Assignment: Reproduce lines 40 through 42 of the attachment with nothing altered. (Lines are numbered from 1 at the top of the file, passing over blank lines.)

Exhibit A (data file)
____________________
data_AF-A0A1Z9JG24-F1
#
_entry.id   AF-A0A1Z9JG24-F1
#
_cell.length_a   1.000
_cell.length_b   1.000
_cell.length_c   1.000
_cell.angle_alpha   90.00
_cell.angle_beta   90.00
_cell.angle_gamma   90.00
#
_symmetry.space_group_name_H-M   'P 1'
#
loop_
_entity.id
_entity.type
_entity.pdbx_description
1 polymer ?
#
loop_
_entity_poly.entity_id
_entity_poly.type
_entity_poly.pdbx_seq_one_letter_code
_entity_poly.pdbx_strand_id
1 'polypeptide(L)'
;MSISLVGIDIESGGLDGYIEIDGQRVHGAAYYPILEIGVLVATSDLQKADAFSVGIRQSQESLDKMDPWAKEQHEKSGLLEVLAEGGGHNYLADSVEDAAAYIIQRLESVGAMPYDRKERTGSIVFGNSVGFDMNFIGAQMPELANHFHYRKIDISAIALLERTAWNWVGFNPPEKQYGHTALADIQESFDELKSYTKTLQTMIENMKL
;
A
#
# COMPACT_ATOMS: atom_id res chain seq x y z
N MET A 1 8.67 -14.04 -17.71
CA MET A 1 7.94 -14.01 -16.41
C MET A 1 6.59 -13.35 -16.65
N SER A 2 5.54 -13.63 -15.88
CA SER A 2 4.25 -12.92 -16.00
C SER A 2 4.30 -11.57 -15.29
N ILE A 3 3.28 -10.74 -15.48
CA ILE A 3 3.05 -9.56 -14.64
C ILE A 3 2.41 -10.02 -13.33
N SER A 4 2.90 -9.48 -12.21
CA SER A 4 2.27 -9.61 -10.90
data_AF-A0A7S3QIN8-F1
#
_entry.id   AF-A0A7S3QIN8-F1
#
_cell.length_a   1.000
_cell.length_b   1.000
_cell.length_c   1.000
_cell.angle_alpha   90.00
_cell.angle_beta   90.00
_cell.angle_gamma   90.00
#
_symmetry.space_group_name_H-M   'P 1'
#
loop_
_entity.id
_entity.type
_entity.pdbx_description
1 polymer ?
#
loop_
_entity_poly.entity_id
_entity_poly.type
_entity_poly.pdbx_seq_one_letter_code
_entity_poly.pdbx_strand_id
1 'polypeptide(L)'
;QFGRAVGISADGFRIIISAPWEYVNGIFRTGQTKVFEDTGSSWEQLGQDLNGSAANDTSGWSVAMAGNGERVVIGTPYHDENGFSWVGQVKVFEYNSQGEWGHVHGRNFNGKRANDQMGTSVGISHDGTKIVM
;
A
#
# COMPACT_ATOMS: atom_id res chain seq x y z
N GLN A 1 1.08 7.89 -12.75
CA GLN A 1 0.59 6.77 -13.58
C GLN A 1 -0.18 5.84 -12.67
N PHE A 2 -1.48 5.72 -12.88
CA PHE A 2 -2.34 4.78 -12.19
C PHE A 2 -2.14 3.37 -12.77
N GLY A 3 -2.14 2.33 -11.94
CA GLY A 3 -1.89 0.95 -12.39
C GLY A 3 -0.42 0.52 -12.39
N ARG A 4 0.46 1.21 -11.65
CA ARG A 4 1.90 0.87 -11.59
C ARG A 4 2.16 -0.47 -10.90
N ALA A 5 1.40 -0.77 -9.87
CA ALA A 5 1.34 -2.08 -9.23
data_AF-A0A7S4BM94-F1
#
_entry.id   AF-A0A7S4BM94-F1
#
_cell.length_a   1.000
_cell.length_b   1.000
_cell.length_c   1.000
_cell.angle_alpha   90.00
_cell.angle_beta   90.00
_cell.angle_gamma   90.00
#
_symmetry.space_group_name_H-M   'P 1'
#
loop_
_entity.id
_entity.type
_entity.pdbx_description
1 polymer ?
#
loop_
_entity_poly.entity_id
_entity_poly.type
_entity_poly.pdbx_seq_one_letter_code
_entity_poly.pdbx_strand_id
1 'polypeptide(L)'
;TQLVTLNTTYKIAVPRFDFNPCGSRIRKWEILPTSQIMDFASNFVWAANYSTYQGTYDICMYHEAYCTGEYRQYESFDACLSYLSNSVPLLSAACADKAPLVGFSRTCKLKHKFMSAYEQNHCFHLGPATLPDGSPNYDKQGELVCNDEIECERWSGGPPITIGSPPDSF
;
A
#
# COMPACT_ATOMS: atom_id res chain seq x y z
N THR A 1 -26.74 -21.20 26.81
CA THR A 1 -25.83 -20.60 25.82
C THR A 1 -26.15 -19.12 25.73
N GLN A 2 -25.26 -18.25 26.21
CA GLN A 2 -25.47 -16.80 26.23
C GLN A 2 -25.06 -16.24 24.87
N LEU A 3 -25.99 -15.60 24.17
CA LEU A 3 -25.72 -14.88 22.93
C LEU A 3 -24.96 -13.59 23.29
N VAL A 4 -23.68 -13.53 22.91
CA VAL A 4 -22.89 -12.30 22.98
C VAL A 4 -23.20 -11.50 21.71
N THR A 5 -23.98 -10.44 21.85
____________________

N SER A 4 2.90 -9.48 -12.21
CA SER A 4 2.27 -9.61 -10.90
data_AF-A0A7S3QIN8-F1